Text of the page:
Fans’ hunger for Eagles and poor crowd control at Ahmadu Bello stadium

One of the largest crowds witnessed in Nigerian football in recent time. Fans climbed camera stands, scoreboard and floodlight towers to watch Eagles against Pharaohs in Kaduna last Friday.

One of the largest crowds witnessed in Nigerian football in recent time. Fans climbed camera stands, scoreboard and floodlight towers to watch Eagles against Pharaohs in Kaduna last Friday.

In October 2009, the city of Kaduna played into the bad books of FIFA when Nigeria hosted that year’s edition of the FIFA U-17 World Cup.

Then, the Ahmadu Bello Stadium was the home ground for Group F matches involving Uruguay, South Korea, Algeria and Italy.

In his bid to ‘prove’ to FIFA that the Kaduna center had the highest number of spectators, former governor, Namadi Sambo, was said to have bought 60 percent of the tickets for the opening group match involving South Korea and Italy.

The government also provided free transportation for fans in all the local government councils to come to Kaduna for the game. It worked, as FIFA showered praises on Sambo and members of the Kaduna Local Organising Committee for a job well done. The commendation only lasted for a few days.

On the day of the second group match between Uruguay and Algeria, disaster nearly occurred at the Kaduna center. Unknown to a majority the fans, the government ‘free ticket’ was over.

Governor Sambo had traveled out of town on official engagement and members of the LOC were caught between the devil and the deep blue sea, as the fans in their thousands, besieged the stadium seeking free tickets.

Explanations by security officials at the gates that the free tickets were meant only for the opening group game did not go down well with the fans. There was pandemonium and the center had to suffer a glitch, when men of the Operation Yaki fired teargas to disperse protesting fans, who wanted to gain entrance into the stadium by all means.

The incident, which happened outside the stadium, was described by FIFA as ‘usual security scare,’ which left low point for the LOC and government of Kaduna.

The tear gas choked some of the players on the pitch, including Uruguay goalkeeper. Some of the fans occupying the sector close to the crisis point were forced to infiltrate into the tartan track for safety.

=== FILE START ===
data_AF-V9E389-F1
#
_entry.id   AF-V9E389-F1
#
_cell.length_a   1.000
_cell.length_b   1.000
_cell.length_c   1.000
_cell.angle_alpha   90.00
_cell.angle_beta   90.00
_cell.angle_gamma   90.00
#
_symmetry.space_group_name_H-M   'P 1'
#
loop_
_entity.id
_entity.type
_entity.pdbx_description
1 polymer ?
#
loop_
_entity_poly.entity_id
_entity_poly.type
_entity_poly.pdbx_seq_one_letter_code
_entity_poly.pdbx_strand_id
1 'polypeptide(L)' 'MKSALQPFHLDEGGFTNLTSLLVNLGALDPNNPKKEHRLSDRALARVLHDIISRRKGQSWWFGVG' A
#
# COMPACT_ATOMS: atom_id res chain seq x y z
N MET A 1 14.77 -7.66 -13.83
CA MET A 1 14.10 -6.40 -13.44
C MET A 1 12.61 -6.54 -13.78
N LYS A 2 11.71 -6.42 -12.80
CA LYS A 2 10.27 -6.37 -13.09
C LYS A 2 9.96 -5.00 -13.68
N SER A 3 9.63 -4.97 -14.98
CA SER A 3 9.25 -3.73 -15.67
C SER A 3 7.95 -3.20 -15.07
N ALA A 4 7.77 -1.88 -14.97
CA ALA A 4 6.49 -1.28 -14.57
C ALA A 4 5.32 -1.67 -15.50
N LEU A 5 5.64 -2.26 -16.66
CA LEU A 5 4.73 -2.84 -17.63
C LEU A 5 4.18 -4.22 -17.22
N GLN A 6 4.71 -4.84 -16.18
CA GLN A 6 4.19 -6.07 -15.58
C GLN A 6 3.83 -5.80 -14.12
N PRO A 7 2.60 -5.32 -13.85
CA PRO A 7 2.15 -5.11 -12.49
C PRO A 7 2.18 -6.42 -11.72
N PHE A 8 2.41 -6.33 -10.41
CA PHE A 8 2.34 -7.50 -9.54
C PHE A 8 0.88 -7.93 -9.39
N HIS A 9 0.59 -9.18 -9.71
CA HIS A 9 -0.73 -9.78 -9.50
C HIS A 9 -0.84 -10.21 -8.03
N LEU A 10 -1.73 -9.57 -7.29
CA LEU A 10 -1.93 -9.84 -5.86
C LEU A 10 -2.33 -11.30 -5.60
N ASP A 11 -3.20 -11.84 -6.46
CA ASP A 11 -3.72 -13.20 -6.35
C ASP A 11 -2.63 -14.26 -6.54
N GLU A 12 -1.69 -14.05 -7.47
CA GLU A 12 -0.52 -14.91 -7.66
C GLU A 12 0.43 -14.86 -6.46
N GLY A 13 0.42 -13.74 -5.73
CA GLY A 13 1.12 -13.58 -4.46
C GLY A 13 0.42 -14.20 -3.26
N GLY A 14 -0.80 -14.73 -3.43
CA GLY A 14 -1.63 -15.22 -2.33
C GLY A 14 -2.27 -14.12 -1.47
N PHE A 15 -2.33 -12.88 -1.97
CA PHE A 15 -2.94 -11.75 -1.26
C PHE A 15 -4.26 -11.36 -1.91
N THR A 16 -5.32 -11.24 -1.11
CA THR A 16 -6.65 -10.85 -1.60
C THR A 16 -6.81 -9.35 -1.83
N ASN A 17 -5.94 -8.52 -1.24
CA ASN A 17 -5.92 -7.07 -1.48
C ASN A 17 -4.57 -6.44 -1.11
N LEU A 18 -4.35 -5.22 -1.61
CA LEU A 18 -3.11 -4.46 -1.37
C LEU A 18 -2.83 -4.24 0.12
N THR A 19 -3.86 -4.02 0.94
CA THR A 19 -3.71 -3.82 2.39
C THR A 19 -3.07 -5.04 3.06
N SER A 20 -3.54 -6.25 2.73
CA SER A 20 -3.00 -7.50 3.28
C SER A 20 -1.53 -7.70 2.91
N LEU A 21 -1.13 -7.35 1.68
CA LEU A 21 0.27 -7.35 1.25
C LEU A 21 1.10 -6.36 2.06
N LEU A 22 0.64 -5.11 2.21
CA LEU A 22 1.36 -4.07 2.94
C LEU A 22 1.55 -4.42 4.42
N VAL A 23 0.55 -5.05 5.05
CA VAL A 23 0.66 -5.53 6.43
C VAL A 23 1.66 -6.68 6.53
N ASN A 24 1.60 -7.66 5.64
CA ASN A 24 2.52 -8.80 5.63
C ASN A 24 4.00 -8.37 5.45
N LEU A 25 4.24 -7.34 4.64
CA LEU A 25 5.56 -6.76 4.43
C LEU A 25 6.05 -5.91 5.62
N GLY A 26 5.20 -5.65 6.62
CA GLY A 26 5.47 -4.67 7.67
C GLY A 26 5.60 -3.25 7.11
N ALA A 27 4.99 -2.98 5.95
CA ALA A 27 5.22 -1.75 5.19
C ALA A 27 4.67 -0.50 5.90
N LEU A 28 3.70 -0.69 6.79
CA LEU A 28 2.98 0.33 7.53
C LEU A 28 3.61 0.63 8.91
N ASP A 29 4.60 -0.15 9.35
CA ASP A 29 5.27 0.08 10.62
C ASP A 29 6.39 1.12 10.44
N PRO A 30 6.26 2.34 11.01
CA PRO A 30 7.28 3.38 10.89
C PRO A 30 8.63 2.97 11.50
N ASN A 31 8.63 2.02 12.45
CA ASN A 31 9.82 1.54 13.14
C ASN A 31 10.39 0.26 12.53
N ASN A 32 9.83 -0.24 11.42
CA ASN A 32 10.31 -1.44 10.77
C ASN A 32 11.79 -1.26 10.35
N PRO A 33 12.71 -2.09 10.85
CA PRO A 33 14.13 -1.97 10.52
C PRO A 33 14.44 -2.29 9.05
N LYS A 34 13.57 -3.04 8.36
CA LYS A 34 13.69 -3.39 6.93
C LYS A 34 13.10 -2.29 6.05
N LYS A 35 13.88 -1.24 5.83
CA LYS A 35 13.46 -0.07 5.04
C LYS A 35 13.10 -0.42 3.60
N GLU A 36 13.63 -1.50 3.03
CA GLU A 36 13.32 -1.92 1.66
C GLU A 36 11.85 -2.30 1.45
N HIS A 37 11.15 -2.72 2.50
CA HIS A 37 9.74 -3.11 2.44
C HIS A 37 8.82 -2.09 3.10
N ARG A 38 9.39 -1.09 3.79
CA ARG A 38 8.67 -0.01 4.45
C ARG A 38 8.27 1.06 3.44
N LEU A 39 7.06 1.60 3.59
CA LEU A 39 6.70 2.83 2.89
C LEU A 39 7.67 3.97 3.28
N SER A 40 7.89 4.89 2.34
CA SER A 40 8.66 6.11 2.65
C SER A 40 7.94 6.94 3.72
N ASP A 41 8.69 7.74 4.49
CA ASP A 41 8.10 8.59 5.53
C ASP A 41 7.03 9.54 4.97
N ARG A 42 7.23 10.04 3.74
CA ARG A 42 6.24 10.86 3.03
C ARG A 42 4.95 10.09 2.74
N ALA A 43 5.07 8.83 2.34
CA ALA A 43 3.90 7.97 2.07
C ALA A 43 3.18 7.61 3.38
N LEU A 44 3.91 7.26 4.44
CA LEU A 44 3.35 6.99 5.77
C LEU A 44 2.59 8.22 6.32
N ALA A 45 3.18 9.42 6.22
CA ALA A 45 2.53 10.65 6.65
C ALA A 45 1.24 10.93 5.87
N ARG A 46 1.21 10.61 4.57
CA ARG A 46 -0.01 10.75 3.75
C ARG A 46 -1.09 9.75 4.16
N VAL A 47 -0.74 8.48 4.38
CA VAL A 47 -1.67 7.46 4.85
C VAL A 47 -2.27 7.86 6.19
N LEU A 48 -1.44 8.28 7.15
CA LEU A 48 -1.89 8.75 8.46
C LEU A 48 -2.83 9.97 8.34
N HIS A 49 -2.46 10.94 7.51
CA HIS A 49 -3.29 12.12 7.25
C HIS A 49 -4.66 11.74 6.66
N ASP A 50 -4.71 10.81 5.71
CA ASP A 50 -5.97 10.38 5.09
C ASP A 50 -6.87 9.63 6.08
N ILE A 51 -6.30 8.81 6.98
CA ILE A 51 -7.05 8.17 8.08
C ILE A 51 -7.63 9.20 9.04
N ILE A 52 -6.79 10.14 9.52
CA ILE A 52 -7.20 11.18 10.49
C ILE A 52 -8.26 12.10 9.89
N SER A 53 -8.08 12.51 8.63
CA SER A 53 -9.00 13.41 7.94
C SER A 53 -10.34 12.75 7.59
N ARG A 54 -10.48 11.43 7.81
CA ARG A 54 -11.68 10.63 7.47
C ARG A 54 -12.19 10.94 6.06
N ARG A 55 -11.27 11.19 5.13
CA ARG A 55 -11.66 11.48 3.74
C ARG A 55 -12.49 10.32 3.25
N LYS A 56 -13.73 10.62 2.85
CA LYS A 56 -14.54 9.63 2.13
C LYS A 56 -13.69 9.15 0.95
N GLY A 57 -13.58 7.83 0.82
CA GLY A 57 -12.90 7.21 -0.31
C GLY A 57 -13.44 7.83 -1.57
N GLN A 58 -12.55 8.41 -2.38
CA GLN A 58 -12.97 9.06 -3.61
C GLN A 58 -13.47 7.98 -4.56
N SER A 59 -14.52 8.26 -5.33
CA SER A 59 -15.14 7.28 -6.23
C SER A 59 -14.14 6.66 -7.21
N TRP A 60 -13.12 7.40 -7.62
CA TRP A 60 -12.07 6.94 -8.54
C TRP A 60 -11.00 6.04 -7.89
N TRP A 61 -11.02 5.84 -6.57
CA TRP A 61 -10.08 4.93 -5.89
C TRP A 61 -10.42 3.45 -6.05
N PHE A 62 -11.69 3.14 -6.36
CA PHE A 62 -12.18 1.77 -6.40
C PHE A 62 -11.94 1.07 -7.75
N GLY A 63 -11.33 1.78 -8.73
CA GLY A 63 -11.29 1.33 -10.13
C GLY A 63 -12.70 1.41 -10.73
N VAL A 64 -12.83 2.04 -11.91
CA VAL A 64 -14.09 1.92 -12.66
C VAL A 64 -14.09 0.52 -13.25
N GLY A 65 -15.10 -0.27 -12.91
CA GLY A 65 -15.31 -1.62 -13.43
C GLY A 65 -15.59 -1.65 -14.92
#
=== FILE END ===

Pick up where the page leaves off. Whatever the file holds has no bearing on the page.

Last Friday, the Ahmadu Bello Stadium was again the center of attention; this time, during the AFCON 2017 qualifiers between the Super Eagles and Pharaohs of Egypt.

Fans were initially required to pay between N300 and N1000 to watch the match, but they were later told to go to designated centres across the state to collect free tickets for access into the stadium.

The State Governor, Mallam Nasir El-Rufai, was said to have paid for all the match day tickets for the fans to cheer the Eagles. It became a ‘black market’ for some people in the city, who capitalized on the ‘free meal’ to enrich their pockets.

The Ahmadu Bello Stadium, which has less than 20,000 capacity, was considered a good hunting ground for the Super Eagles before last Friday’s game against Egypt.

It was learnt that the NFF had printed 13,100.00 tickets for the game. Not leaving anything to chance, security officials announced that fans without match day tickets would not be allowed around the stadium vicinity for the game that was scheduled to kick off by 5.00 p.m.

However, security personnel at the gates were overwhelmed by the fans, who forced the gate open and in the process recorded an overcrowding situation in the stadium.

Despite the presence of heavy security within the main bowl, one ‘crazy’ fan still found his way into the playing pitch to hug and kiss team captain, Mikel Obi. Many fans, who could not find space inside the main bowl, took the risks of their lives by climbing onto the floodlight, scoreboard and camera stands just to watch the game. Some of the fans were forced to sit on the tartan track.

The situation became so tensed that some journalists, who were accredited to cover the match, were forced to return to their various hotel rooms to watch the game.

“I pray to God that no ugly incident occur here because this crowd is overwhelming,” an NFF official told The Guardian while the game was on.

But one state FA chairman, who was not satisfied with what he saw, gave Kaduna State government a knock for what he described as ‘poor crowd control.’

“This is poor and unacceptable under FIFA security arrangement,” the FA chairman said. “How can they allow more than 40,000 spectators into a stadium of less than 20,000 capacity? If I were the match commissioner for this match, there is no way I would allow the game to kick off. This stadium has only two exit gates and if any ugly incident should happen, everybody will be in trouble.”

Speaking further, the angry FA chairman said: “What the state government should have done was to mount some giant television screens outside for the fans, who could not enter the main bowl to watch the game. The government even complicated issues by allowing people to drive their vehicles into the stadium. It is not acceptable. Even in our local league games in the east, we don’t allow such things any longer. I am sure the Confederation of African Football (CAF) will slam a heavy fine on the NFF for crowding this stadium.”



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